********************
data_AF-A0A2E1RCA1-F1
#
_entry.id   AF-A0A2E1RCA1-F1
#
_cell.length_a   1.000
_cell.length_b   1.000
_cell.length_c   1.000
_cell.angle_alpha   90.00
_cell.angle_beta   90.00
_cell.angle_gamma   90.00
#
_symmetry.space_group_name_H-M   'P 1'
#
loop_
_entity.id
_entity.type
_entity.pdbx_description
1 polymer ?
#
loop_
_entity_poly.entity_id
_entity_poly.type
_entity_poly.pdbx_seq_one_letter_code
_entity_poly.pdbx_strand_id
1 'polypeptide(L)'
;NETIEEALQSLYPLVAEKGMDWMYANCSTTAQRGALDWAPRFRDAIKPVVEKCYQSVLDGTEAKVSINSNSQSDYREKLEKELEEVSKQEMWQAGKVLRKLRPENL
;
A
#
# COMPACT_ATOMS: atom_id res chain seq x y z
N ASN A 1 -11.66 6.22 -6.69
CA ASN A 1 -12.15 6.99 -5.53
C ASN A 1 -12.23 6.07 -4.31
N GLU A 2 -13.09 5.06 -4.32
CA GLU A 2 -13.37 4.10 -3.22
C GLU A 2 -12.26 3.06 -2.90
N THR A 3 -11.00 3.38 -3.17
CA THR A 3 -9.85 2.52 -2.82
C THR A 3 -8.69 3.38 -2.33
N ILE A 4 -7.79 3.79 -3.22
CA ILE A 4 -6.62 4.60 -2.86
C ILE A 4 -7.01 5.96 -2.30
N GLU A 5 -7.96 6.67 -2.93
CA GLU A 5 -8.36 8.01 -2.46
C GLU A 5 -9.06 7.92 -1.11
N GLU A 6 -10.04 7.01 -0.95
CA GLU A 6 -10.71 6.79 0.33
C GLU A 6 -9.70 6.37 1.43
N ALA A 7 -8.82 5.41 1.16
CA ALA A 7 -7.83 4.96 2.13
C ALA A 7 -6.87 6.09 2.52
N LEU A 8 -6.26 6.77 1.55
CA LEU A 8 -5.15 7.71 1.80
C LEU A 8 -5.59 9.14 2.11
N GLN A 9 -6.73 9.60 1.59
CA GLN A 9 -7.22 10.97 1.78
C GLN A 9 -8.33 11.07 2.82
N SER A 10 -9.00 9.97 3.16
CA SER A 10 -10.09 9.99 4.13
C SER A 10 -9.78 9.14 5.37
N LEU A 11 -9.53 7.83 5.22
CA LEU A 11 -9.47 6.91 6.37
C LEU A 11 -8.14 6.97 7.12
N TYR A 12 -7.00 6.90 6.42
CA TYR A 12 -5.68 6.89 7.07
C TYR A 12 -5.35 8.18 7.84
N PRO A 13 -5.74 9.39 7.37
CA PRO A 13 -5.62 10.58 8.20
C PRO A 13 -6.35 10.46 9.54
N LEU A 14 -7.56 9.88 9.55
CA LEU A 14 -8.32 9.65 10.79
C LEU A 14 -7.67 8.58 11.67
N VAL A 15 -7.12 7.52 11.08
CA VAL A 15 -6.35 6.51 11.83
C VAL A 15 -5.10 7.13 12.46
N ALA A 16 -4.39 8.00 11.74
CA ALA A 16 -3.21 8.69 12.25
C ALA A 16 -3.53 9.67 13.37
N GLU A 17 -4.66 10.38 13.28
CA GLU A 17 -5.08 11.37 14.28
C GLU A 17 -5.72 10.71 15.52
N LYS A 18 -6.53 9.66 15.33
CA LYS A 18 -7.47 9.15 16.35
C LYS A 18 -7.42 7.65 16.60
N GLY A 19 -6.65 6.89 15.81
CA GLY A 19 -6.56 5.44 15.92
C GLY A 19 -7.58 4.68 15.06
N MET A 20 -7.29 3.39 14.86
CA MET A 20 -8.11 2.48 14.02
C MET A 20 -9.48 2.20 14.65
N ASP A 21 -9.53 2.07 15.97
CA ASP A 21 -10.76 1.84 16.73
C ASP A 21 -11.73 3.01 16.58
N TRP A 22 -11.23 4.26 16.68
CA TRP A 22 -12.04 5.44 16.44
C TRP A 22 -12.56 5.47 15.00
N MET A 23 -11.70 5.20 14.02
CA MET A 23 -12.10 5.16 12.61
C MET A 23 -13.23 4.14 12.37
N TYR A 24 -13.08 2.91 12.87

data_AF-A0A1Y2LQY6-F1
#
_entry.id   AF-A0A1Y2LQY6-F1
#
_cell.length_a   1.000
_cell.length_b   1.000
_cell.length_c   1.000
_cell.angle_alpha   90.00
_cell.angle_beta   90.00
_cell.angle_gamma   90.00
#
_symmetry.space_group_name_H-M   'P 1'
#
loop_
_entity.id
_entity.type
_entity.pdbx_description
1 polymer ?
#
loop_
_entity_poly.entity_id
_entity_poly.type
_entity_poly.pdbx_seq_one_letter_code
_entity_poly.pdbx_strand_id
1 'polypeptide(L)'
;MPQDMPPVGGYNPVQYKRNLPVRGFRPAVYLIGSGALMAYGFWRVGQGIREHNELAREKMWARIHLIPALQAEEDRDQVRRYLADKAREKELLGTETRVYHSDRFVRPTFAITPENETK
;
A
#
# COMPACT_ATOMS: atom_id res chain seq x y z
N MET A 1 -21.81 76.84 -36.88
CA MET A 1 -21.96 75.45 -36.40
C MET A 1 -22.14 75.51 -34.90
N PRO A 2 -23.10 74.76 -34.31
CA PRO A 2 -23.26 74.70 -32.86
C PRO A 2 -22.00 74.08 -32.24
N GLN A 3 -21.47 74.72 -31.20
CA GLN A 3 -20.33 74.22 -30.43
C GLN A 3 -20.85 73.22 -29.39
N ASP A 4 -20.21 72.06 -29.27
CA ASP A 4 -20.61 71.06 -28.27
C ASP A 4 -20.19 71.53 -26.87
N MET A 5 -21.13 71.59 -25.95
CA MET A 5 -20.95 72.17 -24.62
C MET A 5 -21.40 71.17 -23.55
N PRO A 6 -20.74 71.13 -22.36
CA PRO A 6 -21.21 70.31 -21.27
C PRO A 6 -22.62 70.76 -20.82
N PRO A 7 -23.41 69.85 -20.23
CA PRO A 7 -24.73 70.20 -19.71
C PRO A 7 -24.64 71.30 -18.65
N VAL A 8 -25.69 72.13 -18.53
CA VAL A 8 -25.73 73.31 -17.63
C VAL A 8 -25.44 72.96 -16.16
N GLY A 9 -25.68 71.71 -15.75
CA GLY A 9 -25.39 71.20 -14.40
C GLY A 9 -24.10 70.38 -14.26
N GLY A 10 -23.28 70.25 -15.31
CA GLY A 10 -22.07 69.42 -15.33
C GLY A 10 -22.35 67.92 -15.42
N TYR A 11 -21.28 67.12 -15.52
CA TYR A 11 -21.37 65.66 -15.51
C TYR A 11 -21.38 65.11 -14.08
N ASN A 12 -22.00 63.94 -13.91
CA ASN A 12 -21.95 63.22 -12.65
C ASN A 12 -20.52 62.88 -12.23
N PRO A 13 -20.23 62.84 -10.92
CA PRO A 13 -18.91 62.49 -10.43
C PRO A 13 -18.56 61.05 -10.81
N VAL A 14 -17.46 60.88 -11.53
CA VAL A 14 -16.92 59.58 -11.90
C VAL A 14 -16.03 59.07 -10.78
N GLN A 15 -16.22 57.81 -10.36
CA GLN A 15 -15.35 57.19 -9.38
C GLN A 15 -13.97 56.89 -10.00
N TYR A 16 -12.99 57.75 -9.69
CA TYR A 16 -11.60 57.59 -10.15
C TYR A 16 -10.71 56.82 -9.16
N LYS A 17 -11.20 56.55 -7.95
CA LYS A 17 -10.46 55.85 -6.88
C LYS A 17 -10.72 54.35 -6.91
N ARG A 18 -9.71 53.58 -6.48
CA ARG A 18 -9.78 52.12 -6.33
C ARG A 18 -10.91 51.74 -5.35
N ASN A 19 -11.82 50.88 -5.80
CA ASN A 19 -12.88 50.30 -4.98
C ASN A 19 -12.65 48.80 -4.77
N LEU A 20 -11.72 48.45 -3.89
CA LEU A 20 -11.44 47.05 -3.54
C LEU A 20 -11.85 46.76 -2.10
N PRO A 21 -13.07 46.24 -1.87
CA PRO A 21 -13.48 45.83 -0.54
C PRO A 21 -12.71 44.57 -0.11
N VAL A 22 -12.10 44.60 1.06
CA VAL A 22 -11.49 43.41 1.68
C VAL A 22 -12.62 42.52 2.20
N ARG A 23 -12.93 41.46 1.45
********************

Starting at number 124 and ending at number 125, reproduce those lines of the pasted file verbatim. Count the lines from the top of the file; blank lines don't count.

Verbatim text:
_entity_poly.pdbx_strand_id
1 'polypeptide(L)'